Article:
Poor Old Horse

I didn’t have a post subject for today, so turned this morning to the FG&C Anniversary List for help. Two people with family connections to Filey were born in Scarborough this day. Caroline VAREY arrived in 1853. Her parents, Thomas Bridekirk VAREY and Caroline FLINTON were married in St Mary’s Church in September 1841.

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My first thought on seeing “Flinton” was to hope that the father of the elder Caroline was called John. On this coast, Johnny Flinton is best known for his harbour.

Caroline Varey’s grandfather Flinton was indeed called John, but my research efforts failed to connect him to Cayton Bay. At the 1841 Census he gave his occupation as “Waggoner” and ten years later, aged 73, he was still working as a Carter, and living at 13 Neptune Terrace, Sandside.

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Poor old horse. If an Albion Band tune is now playing in your head, taking you back to the 1970s, listen here.

I was pleased to find that several people have been working recently on the Varey/Flinton pedigree on FamilySearch. ­Not much for me to do.

One Gravestone, Two Books and Three Eleanors

I had to go into Scarborough this morning. I got off off the bus at the University and walked into town via the South Bay seafront, past the Star Disk and Spa and up to St Mary’s Churchyard to photograph some stones that were too deep in shadow few weeks ago. While checking the files this evening I decided to see if it would advance our genealogical knowledge of the remembered by linking stone photos to the Monumental Inscription records and FamilySearch Tree.

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You are probably familiar by now with the layout of FST. I have added my reference image of the two Eleanors stone to the screenshot (with the MI & page number in the East Yorkshire Family History Society book of St Mary’s transcriptions) and, in yellow, the information that can be added to the limited amount on the World Tree. I’ll look for Mother Eleanor’s family name another day – and try to find Francis. Even with what we have here there seems to be “a story”. The mother, close to the end of her reproductive years when she gave birth to young Eleanor, would presumably not have dreamt that she would outlive this child. I find it sad that she did so by just a couple of months.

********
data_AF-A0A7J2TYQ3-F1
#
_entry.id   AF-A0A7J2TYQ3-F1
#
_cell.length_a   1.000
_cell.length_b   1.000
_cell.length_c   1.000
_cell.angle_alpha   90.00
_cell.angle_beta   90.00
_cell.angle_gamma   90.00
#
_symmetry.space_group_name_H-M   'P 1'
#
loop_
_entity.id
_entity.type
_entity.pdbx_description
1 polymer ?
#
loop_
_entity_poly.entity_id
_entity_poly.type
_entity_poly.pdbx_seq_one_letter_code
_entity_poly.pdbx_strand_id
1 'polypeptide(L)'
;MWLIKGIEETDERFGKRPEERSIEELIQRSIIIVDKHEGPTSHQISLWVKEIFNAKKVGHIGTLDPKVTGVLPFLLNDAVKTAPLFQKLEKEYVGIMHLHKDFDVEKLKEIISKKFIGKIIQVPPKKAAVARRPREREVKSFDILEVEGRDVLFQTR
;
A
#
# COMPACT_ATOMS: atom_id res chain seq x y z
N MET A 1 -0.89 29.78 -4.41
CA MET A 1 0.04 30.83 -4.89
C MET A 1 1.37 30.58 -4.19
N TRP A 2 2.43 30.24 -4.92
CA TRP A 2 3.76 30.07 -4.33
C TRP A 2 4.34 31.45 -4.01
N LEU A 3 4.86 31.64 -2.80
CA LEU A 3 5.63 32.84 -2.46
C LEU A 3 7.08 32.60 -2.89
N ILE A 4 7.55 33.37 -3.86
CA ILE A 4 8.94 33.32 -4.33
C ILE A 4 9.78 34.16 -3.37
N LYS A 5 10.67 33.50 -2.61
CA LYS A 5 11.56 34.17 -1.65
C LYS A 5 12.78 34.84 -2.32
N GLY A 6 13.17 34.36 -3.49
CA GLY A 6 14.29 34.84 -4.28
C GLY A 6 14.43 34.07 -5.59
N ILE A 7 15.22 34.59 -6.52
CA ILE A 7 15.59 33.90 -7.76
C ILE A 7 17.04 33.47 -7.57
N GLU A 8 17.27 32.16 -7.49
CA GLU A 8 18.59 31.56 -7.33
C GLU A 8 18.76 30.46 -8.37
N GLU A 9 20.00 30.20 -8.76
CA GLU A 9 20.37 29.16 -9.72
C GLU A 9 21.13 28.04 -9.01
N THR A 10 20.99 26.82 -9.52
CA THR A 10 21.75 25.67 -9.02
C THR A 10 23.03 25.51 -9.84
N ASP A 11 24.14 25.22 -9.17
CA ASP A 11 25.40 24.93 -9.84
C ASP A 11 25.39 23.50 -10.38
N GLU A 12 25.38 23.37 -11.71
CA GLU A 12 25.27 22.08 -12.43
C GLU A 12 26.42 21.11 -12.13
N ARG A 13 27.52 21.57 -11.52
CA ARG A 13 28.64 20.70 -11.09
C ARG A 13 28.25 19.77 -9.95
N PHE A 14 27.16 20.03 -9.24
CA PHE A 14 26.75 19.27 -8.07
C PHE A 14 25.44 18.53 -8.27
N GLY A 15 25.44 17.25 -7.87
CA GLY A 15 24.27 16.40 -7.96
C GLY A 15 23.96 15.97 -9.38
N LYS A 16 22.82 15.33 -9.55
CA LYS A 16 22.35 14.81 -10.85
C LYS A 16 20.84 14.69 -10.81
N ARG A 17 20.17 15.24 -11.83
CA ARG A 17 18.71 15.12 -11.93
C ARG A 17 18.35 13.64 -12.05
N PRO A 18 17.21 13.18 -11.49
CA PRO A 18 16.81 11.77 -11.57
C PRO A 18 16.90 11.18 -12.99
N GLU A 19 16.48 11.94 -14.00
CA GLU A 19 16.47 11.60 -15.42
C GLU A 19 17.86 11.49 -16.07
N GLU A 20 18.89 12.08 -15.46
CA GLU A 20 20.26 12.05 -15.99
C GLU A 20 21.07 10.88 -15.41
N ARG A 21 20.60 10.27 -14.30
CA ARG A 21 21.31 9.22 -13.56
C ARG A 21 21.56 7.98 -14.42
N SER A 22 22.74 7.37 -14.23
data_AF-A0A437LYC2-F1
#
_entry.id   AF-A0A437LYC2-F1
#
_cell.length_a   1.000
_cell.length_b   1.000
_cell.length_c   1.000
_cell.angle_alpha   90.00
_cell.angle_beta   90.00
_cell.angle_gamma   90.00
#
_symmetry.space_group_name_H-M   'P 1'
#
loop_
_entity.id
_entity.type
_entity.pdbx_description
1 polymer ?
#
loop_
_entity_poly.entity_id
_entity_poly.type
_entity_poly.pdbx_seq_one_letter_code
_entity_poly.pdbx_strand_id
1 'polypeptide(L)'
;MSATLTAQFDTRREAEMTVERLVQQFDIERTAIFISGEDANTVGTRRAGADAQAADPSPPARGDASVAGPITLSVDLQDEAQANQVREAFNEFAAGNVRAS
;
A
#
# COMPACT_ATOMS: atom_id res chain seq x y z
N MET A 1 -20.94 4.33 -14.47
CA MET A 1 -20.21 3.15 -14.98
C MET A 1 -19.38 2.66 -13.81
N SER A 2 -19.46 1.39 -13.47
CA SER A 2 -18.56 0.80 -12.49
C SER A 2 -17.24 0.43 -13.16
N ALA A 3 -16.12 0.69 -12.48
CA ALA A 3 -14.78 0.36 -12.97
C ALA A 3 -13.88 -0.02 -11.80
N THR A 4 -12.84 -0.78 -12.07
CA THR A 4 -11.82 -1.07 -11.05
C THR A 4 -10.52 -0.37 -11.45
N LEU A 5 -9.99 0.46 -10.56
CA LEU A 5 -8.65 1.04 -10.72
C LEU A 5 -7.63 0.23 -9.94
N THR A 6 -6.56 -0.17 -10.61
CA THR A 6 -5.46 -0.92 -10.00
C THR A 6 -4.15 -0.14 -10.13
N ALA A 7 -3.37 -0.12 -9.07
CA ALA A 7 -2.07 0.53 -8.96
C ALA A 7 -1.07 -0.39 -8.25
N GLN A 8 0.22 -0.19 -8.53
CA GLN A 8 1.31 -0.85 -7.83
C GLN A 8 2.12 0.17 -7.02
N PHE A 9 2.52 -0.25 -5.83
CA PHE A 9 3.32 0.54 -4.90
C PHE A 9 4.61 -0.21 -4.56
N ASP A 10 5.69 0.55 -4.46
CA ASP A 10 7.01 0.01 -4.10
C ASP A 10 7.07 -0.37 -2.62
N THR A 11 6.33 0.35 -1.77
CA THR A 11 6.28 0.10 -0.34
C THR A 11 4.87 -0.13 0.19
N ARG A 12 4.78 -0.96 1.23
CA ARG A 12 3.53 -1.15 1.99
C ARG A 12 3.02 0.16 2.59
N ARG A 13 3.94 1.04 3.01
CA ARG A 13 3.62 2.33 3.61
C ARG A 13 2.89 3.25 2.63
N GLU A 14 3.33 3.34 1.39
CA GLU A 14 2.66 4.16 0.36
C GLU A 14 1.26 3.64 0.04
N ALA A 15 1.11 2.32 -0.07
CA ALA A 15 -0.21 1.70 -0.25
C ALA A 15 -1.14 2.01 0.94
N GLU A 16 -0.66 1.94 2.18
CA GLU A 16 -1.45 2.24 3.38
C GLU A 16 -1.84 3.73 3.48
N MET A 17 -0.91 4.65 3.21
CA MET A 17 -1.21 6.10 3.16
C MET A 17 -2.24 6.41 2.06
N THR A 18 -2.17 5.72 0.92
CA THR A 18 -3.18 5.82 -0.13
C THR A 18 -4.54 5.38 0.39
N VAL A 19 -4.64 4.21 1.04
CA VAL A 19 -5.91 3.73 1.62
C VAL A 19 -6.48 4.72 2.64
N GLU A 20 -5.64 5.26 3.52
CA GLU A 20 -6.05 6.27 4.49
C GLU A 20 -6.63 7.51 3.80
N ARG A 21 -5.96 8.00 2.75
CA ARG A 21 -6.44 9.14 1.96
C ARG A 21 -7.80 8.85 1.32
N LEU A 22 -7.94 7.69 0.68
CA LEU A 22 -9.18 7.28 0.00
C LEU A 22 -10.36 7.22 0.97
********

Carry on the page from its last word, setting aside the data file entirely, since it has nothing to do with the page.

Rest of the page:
The EYFHS transcription runs:-

Head Stone- In memory/of/ELEANOR HARRISON/ who died May ye 2nd 1774/aged 24 years./ Also ELEANOR……….mother/ ??o ye died….July ye 6th 1774 aged 68 years.

(Added information)  BR1774 May  4. Eleanor dau of Francis Harrison. 1774 Jul 8.     Eleanor wife of Francis Harrison.

On the way to my next port of call I couldn’t resist the temptation to stop by at The Works. I left the store £6 poorer but possibly enriched by possession of biographies of two regal forebears. I hope the books will prove beyond reasonable doubt that I can’t possibly be related to Godwinson and Longshanks. I feel more comfortable having sail makers and ag labs for ancestors.

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In looking for these chaps on my pedigree just now I found LONGESPEE. You wouldn’t Adam and Eve it, Sir William of that ilk, 3rd Earl of Salisbury (L7JW-FV7) was a son of Eleanor of Aquitaine. Shivers down the spine time, he is the one mentioned in the Mulgrave Old Castle quote I shared with you a few days ago. And if that isn’t enough of a coincidence, one of the adventurous Eleanor’s husbands was Roger BIGOD (LZGY-LZR), Earl of Norfolk. Rings a bell!